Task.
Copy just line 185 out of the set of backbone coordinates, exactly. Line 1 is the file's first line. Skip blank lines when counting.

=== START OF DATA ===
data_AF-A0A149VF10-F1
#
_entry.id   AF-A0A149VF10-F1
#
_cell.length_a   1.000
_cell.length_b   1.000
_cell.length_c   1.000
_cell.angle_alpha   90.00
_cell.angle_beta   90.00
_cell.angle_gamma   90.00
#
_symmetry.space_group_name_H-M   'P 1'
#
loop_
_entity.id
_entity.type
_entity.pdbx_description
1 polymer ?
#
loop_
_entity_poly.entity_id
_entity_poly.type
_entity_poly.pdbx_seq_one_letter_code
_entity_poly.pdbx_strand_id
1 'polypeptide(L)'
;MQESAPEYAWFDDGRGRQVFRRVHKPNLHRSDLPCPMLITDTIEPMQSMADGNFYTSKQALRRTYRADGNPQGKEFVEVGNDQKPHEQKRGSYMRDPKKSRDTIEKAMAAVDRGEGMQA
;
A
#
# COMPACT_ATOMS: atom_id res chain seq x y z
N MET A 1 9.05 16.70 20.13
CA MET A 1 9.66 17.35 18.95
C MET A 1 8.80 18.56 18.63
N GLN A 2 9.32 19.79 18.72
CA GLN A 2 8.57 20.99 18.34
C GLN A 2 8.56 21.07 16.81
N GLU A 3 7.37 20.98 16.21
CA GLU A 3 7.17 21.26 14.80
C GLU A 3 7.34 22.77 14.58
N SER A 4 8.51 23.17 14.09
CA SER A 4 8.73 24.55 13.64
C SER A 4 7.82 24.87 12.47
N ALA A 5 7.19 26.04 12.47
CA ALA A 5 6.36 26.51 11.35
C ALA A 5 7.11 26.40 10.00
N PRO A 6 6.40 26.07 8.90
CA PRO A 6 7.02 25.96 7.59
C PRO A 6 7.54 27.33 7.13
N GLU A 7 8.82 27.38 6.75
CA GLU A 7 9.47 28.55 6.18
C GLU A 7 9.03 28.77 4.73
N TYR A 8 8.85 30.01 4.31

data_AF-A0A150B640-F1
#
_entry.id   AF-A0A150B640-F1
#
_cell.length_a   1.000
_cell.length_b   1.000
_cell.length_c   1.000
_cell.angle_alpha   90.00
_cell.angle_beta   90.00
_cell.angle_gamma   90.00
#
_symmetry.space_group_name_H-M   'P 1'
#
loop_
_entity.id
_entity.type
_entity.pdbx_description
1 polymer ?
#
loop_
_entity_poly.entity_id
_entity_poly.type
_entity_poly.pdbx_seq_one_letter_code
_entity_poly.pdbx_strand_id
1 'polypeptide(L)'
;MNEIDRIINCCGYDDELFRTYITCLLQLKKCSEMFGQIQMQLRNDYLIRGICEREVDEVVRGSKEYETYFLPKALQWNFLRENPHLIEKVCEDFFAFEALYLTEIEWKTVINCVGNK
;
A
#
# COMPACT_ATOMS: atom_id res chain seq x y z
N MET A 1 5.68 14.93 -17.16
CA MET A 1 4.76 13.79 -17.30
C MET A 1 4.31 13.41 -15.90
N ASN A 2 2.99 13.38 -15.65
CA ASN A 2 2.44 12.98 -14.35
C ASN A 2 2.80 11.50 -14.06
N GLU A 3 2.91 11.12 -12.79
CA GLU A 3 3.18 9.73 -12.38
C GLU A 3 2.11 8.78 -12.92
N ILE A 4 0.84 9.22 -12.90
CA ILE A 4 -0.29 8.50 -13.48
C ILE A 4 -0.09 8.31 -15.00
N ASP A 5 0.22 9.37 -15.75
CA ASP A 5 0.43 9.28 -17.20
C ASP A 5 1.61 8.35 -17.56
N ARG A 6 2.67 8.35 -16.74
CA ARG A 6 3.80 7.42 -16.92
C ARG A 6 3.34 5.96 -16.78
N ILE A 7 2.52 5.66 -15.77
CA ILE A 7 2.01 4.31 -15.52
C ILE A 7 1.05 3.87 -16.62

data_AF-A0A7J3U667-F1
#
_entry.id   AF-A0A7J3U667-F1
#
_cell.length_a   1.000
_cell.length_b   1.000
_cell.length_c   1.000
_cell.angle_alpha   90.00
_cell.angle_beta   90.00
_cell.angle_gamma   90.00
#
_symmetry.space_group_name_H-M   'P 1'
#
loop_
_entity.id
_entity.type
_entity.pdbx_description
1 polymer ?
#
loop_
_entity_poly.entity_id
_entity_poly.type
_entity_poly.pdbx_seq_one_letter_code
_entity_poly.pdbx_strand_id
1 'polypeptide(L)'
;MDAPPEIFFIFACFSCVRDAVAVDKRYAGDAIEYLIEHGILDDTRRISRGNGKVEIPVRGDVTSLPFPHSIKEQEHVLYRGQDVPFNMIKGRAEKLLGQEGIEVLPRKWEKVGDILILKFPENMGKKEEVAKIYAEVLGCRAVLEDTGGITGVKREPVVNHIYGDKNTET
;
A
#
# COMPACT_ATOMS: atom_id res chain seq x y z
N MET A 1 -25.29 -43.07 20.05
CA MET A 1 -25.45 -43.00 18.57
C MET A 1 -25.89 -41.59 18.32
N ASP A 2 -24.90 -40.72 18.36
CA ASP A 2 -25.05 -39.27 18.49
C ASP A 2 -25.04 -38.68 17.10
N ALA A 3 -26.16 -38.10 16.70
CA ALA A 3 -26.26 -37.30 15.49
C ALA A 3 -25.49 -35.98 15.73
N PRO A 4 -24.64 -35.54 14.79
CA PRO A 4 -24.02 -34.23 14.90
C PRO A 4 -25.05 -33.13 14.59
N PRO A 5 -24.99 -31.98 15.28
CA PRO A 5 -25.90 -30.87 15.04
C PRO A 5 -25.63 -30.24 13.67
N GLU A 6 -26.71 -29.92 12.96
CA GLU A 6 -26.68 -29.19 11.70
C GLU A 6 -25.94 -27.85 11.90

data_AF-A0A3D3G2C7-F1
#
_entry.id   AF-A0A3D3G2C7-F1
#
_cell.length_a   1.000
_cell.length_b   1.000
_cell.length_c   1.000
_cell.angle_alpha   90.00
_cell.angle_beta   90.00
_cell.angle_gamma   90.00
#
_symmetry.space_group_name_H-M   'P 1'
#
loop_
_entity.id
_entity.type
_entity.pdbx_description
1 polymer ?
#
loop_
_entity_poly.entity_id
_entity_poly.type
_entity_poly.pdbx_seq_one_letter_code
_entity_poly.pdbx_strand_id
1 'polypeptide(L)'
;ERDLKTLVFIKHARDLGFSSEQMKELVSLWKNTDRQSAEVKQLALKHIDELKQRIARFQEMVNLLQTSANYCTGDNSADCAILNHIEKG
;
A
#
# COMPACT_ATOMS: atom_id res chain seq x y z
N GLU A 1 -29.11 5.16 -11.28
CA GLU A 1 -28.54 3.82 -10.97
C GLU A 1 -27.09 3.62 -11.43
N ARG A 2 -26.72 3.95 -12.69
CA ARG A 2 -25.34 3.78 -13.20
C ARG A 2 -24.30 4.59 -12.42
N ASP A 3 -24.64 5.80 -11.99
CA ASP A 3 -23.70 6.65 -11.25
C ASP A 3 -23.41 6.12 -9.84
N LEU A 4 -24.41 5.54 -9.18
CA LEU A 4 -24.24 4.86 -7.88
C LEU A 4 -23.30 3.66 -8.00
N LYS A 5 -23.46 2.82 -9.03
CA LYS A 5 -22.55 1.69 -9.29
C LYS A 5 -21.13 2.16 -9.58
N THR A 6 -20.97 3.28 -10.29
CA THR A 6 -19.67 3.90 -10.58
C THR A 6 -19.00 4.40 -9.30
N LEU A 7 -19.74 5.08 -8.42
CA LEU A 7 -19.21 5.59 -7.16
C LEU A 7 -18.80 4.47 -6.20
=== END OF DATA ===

N ARG A 2 -26.72 3.95 -12.69